16. For pounding spices etc.
  17. Cf. supra p. 103.
  18. These too were movable, but the stove was somewhat larger and used for baking bread, V.l. 'he sells (with it) a stove and oven,' these being regarded as fixtures. The principle is therefore that the 'house' includes fixtures but not movable things.

Baba Bathra 65b


GEMARA. Are we to say that the Mishnah is not in agreement with R. Meir, for if it were according to R. Meir, surely he has laid down that 'if a man sells a vineyard, he [automatically] sells with it the implements of the vineyard'?2  — You may in fact say that it concurs with R. Meir, for there he was speaking of things which are part and parcel of the vineyard,3  but here [the Mishnah speaks of] things which are not part and parcel of the house. But does not the Mishnah mention a key side by side with a door, [as much as to say], Just as a door is part and parcel of a house, so a key is part and parcel of the house4  [and yet it is not sold with the house]?5  — The more tenable opinion therefore is that the Mishnah does not agree with R. Meir.

Our Rabbis taught: If a man sells a house, he ipso facto sells the door, the cross-bar, and the lock, but not the key; the mortar that has been hollowed [out of stone], but not one that has been fixed; the casing of the handmill but not the sieve; and not the oven, the stove, or the handmill. R. Eliezer, however, says that everything attached to the ground6  is in the same category as the ground. If the vendor uses the formula, 'the house and all its contents', all these things are sold with. In either case, however, he does not sell the well, the cistern, or the verandah.

Our Rabbis taught: 'If a man hollows out a pipe and then fixes it, water from it makes a mikweh7  unfit for use. If, however, he first fixes it and then hollows it, it does not render the mikweh unfit for use.'8  To whom [are we to ascribe this dictum]? For it cannot be either R. Eliezer or the Rabbis! — Which [statement of] R. Eliezer [have you in mind]?9  Shall I say, the one about the house?10  possibly the reason [why he says there that fixtures are in the same category as the ground] is because he holds that the vendor interprets the terms of sale liberally, whereas the Rabbis hold that he interprets them strictly.11  Is it then the statement about the beehive, as we have learnt: 'R. Eliezer says that a beehive12  is on the same footing as the soil; it may serve as a surety for a prosbul,13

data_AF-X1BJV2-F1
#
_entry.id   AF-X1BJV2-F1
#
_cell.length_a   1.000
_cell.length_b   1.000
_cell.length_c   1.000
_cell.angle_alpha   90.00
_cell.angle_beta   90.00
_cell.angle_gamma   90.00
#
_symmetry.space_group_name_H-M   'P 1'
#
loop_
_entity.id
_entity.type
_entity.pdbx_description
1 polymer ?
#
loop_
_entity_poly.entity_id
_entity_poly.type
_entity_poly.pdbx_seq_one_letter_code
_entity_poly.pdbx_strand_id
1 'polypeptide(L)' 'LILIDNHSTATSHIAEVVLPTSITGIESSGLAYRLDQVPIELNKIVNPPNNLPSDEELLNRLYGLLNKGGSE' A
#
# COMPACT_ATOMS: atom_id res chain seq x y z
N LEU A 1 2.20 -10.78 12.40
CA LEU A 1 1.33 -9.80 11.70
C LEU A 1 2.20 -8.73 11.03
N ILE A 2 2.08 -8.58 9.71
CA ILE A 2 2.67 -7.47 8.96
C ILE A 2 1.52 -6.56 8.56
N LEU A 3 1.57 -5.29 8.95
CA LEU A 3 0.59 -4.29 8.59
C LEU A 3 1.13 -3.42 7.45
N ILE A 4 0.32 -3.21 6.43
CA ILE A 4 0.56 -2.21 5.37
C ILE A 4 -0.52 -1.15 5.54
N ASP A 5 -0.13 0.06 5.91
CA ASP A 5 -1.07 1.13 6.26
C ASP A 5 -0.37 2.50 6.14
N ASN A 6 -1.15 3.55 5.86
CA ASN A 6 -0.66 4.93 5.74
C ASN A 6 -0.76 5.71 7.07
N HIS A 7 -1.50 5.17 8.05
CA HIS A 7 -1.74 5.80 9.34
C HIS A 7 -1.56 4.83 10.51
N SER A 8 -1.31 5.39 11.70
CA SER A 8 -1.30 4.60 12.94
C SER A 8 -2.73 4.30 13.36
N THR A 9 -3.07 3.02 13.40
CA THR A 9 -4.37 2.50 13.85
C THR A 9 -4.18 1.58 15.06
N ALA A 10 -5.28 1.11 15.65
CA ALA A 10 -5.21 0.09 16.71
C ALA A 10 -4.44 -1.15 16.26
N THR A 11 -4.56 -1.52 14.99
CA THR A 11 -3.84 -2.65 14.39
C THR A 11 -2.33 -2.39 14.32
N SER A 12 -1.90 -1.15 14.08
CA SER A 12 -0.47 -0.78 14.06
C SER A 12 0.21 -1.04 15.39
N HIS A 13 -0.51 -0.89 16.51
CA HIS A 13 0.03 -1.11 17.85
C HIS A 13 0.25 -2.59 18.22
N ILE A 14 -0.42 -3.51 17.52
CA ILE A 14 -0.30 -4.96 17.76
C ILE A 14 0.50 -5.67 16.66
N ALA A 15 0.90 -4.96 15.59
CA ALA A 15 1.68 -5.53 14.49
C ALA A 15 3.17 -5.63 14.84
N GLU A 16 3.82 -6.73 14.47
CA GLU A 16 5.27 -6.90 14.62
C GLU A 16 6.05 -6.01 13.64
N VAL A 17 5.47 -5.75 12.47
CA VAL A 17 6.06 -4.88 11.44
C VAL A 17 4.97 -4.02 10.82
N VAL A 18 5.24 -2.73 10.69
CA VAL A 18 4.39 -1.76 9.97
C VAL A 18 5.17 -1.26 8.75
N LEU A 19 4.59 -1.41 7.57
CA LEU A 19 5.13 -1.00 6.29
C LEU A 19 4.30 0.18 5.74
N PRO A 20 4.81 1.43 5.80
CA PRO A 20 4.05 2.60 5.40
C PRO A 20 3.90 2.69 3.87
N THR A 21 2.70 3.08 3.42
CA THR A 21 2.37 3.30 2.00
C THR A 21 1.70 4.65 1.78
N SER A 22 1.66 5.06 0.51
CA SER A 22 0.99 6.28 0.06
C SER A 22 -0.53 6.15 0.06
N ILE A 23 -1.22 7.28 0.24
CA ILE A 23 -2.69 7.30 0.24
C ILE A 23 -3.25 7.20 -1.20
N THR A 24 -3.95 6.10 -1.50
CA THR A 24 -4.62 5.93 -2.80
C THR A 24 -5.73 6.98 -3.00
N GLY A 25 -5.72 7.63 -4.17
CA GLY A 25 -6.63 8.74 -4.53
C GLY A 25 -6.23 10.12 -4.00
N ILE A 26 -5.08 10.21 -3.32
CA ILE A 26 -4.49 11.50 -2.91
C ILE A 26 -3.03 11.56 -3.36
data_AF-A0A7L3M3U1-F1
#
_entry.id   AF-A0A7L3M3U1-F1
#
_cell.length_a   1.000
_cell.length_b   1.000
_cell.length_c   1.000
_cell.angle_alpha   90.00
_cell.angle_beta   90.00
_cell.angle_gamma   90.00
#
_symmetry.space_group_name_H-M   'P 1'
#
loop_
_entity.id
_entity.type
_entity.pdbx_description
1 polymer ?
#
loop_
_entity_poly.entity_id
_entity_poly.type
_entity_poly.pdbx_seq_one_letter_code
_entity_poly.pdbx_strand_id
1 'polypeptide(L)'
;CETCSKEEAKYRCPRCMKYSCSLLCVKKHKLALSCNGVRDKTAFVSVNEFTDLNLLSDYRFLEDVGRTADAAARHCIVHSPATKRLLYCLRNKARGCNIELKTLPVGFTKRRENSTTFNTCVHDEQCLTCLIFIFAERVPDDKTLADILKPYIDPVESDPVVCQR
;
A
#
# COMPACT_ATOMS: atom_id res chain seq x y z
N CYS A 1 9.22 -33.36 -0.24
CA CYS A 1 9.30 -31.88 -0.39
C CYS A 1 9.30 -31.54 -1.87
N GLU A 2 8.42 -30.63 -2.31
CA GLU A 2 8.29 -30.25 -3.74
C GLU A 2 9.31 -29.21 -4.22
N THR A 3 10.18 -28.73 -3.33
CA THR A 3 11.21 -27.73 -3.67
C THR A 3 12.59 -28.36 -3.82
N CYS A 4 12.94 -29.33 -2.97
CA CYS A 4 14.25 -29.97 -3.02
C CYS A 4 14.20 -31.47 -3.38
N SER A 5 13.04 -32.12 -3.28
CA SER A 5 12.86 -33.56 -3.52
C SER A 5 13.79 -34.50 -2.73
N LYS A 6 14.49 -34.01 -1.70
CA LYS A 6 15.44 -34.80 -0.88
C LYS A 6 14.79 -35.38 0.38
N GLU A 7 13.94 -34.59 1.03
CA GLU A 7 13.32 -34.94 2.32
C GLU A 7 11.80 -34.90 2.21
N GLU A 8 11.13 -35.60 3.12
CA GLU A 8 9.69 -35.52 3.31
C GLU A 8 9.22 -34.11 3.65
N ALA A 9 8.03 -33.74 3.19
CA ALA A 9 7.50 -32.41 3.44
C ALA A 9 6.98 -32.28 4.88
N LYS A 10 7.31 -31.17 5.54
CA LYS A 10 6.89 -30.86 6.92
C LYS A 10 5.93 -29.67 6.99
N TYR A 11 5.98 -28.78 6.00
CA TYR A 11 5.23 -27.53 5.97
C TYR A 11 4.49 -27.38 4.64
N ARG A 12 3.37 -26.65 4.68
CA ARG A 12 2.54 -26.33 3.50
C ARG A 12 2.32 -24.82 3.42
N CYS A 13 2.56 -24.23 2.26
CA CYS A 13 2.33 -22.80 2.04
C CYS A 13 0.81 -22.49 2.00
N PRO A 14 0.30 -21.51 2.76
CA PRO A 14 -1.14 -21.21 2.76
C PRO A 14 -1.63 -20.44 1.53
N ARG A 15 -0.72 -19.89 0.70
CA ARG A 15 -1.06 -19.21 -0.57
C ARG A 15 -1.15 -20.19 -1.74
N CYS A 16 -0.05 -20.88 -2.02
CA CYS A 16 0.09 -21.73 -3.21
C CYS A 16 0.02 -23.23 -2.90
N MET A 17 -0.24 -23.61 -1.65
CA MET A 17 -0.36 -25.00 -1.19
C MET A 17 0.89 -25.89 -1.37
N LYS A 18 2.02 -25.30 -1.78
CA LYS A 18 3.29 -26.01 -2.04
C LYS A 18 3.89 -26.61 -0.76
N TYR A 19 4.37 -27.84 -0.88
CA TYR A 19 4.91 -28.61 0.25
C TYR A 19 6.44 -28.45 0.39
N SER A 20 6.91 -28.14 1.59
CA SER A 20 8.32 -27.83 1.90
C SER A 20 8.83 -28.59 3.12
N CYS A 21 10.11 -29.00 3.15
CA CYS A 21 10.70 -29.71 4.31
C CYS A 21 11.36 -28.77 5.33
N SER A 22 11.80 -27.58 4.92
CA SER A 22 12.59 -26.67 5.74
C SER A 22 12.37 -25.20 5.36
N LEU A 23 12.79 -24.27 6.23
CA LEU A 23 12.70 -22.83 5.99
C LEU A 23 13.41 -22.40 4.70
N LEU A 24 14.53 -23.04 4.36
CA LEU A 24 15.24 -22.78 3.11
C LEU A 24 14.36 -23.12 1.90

Original footnotes renumbered. See Structure of the Talmud Files
  1. Because although movable they more or less belong to the house and are not usually removed from it.
  2. E.g., the poles (infra 78b). Hence we should expect R. Meir to include in the house the movable mortar and the key.
  3. Lit., 'fixed'. I.e., things which though in themselves movable, are in practice never taken from the vineyard.
  4. The key spoken of by the Mishnah must be one which is usually left in the door, as otherwise it would have said, 'The sale includes a key which is left in the door, but not one which is carried about', and we should have understood a fortiori that a door is sold with the house.
  5. This shows that according to the Mishnah even things which are part and parcel of the house are not sold with it unless the formula 'it and all its contents' is used.
  6. Including, that is, the fixed mortar.
  7. A ritual bath. V. Glos.
  8. The rule is that water in the mikweh must not be 'drawn' there by artificial means, i.e., through the instrumentality of a 'vessel', but must flow there naturally. According to this dictum, the fixing of the pipe in the soil does not make it part of the soil, and it still remains a 'vessel'. On the other hand, the hollowing of the wood or stone after it has been fixed does not make it a 'vessel', but it is regarded as being merely a trench in the ground.
  9. I.e., with which statement of his is the one just adduced in conflict?
  10. In the Baraitha quoted above: 'R. Eliezer says that everything attached to the ground is in the same category as the ground.'
  11. Hence no conclusion is to be drawn from that Baraitha as to the opinions of R. Eliezer and the Rabbis with regard to the mikweh.
  12. Attached to the ground by mud or clay.
  13. V. infra p. 324, n. 7. Glos.